green chile chicken enchiladas chow mein bakery-style butter cookies roasted carrots


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Friday, May 20th, 2022

Recipe: green chile chicken enchiladas


peony tulips for kris on may 1


While it might seem quiet around here, it has been anything but. Three months ago, I was diagnosed with type 2 diabetes and began medication that sent my GI system on a 6-week roller coaster ride. I changed my diet, increased my exercise, and researched how to get my health and blood sugar under control. There were lots of bonks while navigating energy needs with more intense workouts and GI distress from the meds. But after weaning myself off of certain foods (the carbs, I do love them), consulting a nutritionist who specializes in diabetes, and converting some of my favorite recipes to healthier versions, I am meeting my health goals and feeling so much better.


last year: mother’s day, may 2021

last week: may 2022


In January 2022, I began planning a trip for my parents that should have happened in 2020 when my dad turned 80. Yosemite National Park was on my parents’ bucket list. Jeremy and I have camped, hiked, backpacked, ski toured, and photographed in Yosemite over the past 30 years. We knew enough to find a comfortable window for my parents to see the main sights without too much risk of snow or wildfires outside of the insanely crowded peak season. And because I had no way of knowing what the pandemic would be doing in May, I booked stand-alone luxury lodging with en suite dining space (for take out meals).


mother’s day on the lovely deck of our cabin

kicking off happy hour with mother’s day champagne

upper yosemite falls and the merced river

mom and dad at tunnel view


Mom and Dad enjoyed exploring Yosemite Valley, taking in waterfalls full of spring runoff (Bridalveil, Horsetail, Ribbon, Upper and Lower Yosemite), the giant sequoias, the great granite monoliths of El Capitan and Half Dome, the dogwood blossoms, and learning about the geologic history of the region. But the second half of the trip was what Dad was looking forward to the most: wine country. Jeremy tasted wines with my dad and I was the designated driver. All of the tastings were outdoors or open to the outdoors and all of our meals were either outside or carry out. Ultimately the whole adventure was a success because my parents were happy.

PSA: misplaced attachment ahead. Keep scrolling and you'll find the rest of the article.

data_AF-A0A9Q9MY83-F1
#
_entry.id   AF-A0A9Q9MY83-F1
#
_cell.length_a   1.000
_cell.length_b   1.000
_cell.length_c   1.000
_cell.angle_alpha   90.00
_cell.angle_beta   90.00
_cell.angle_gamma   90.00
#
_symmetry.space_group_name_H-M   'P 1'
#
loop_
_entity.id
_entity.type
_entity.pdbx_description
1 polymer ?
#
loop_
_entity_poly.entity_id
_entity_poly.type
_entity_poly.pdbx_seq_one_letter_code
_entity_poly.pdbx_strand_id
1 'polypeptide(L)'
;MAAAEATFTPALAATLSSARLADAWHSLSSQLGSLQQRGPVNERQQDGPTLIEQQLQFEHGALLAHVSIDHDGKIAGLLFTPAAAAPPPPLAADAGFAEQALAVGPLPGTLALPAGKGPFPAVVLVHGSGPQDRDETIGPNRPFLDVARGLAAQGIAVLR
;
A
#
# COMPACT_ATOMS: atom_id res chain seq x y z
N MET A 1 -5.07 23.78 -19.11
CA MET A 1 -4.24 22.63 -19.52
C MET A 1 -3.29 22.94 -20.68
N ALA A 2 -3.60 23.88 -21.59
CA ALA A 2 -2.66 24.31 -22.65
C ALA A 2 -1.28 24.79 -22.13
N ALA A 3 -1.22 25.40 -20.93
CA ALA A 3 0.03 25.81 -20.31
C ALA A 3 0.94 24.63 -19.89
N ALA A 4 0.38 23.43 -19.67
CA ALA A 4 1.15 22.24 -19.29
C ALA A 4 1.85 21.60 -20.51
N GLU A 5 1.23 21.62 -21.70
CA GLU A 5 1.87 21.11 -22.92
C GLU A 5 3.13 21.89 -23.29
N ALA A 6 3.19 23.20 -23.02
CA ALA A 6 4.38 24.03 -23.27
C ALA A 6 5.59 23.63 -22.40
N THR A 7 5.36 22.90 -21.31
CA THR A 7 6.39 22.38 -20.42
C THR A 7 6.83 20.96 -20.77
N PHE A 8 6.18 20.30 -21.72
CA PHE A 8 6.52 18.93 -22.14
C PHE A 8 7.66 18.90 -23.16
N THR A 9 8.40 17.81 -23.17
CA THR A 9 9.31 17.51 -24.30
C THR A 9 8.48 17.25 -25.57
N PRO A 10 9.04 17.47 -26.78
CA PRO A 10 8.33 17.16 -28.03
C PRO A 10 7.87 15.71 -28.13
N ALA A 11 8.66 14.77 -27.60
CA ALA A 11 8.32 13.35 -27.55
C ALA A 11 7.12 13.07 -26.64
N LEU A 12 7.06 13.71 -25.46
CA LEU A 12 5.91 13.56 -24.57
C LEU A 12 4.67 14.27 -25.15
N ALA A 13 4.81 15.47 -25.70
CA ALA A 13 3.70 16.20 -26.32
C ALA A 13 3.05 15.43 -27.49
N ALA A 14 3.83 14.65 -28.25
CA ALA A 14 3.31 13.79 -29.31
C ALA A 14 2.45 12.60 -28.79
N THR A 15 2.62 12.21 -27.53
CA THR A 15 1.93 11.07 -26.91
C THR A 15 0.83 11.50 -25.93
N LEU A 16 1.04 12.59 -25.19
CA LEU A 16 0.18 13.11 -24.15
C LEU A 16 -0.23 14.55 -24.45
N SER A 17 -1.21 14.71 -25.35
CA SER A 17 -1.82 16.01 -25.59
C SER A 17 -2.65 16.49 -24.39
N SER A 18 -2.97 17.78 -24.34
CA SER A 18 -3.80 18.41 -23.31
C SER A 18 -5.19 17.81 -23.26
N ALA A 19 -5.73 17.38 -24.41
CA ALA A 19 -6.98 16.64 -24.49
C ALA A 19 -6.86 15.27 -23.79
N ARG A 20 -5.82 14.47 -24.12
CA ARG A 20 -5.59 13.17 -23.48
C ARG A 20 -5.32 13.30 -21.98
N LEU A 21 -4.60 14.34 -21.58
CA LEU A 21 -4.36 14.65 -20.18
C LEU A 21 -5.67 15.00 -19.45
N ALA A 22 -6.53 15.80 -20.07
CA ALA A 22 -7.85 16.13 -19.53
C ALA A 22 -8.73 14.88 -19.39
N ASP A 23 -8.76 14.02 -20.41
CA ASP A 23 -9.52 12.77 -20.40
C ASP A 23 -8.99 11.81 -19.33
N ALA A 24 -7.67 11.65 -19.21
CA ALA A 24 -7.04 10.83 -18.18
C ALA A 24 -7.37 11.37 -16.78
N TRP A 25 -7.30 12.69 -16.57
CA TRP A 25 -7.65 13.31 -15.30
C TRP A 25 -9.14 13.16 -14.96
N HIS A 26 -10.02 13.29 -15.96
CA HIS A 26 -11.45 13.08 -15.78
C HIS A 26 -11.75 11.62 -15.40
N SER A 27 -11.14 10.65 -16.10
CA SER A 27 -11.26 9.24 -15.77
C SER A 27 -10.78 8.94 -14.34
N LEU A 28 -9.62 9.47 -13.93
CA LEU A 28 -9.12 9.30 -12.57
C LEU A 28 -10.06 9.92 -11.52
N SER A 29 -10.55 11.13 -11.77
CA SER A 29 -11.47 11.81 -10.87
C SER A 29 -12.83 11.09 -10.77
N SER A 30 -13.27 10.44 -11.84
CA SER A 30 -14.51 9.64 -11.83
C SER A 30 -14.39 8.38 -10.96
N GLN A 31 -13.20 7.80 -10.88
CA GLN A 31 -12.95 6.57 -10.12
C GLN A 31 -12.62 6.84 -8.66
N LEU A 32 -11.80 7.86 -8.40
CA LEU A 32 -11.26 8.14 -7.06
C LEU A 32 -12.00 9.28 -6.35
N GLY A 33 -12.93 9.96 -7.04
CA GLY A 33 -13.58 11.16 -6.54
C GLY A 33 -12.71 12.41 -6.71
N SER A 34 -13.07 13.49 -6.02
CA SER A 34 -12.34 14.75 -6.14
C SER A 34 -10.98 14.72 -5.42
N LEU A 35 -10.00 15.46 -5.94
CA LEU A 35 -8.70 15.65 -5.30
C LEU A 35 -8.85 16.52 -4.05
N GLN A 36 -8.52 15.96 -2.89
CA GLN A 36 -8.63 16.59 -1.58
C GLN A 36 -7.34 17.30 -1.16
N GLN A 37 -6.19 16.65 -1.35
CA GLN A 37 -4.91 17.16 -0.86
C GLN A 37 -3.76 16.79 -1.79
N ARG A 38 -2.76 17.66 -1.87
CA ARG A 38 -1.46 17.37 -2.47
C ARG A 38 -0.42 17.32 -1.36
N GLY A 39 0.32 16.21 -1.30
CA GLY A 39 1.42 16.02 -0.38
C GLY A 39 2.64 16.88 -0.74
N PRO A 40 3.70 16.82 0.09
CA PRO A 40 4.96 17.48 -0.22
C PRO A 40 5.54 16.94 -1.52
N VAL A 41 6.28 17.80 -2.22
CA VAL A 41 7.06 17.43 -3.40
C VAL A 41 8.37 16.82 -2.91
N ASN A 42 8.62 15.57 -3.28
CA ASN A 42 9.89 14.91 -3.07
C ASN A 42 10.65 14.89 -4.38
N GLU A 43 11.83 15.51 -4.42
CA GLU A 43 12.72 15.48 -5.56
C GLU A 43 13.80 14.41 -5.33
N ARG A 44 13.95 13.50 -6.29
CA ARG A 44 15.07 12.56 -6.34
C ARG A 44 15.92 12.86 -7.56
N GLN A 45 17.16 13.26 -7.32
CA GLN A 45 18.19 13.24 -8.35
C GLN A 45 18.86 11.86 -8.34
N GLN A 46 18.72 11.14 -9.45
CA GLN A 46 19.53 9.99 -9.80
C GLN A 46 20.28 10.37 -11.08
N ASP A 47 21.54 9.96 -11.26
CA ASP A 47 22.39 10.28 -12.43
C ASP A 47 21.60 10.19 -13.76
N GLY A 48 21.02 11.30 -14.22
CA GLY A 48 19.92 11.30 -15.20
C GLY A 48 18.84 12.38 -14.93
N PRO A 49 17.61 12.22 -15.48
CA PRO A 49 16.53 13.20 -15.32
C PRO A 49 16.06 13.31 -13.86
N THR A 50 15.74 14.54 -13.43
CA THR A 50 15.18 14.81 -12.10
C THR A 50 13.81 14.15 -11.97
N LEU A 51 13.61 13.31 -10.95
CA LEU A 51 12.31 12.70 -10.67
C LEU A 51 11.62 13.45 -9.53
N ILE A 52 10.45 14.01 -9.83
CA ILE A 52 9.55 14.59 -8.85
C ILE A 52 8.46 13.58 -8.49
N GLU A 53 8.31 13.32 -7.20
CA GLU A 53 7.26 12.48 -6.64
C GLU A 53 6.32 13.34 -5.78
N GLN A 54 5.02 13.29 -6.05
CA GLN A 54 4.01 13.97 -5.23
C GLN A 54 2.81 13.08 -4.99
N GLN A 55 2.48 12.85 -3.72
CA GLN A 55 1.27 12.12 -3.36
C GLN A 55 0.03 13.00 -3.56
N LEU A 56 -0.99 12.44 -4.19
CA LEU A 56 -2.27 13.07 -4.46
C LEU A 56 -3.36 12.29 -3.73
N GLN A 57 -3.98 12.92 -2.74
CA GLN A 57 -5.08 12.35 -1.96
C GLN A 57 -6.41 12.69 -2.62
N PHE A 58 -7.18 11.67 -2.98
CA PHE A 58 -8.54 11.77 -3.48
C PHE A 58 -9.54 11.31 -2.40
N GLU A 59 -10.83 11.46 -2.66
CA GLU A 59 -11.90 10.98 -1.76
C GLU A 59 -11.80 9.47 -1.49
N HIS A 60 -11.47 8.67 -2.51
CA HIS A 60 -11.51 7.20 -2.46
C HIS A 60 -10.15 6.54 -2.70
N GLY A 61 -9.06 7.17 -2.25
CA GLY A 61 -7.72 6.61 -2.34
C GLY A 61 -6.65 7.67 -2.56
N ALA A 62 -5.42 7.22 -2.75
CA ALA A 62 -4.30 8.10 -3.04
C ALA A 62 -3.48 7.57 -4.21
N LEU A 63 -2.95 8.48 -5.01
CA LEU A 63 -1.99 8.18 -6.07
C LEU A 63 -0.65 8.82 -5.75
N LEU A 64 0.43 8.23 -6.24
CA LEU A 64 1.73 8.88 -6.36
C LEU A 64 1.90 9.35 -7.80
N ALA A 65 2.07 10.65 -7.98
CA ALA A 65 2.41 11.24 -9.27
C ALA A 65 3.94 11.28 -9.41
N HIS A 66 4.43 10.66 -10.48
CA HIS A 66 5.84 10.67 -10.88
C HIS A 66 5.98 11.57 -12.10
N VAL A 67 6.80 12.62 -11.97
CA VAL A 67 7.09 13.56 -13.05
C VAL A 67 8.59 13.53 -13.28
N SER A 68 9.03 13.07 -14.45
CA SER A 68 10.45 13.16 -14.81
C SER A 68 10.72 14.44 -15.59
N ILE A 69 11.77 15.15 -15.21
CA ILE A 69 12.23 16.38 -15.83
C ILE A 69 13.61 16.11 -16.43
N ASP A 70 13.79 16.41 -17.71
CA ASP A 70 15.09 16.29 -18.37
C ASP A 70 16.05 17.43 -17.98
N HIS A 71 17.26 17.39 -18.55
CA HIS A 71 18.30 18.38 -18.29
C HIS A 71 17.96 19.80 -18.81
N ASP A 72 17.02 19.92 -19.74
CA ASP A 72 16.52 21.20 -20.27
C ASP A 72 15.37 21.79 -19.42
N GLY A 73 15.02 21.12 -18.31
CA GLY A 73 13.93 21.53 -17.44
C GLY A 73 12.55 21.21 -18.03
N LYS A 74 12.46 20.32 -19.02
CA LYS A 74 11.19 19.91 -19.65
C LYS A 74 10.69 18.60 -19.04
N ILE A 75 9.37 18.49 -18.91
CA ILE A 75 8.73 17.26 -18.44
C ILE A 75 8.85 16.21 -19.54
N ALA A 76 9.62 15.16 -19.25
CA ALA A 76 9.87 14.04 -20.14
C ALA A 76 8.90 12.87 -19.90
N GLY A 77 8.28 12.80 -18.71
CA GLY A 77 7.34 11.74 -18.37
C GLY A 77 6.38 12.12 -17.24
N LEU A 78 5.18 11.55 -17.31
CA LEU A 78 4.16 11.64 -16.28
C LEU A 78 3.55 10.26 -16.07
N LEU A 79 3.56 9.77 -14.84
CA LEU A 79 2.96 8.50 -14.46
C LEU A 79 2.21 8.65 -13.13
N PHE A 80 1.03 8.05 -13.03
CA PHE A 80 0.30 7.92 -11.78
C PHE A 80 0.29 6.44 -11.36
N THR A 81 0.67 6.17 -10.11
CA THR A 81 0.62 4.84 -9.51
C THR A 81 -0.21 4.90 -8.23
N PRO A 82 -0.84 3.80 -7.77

wine tasting at joseph phelps winery

the stunning entrance at joseph phelps

in the opus one courtyard

the garden outside our cottage in st. helena


I made sure to have healthy snacks on hand, ordered wisely at restaurants, and got out for hikes or trail runs most days, but it did involve a great deal of effort and planning to pull it all off and cater to my parents’ wishes while making sure the itinerary never went sideways. It was exhausting and I could not have done it without Jeremy’s support (logistical, moral, and otherwise). It’s good to be home with the pups, getting back to my exercise routine, living a simpler life, and eating my own food again.


these two have no idea how much we missed them


Knowing how to cook is probably the most important skill I bring to my dietary pivot. It gives me the ability to turn a generally unhealthy dish into something more nutritious, but still tasty and satisfying. Sometimes I make the indulgent recipe for Jeremy and create a diabetic-friendly mini version with substitutions for myself (because portion control). Other times we both eat the same healthier adaptation. And there are days when we eat completely different meals. It’s all fine.

We have been loving these green chile chicken enchiladas since last year. I’m happy to report that it is still a meal I eat – simply with less cheese, chicken, and oil – in a smaller portion. The original recipe uses flour tortillas which Jeremy can vouch for because I ran out of corn tortillas once. But we both prefer the taste of corn tortillas which are better for me than the refined carbohydrates in a traditional flour tortilla.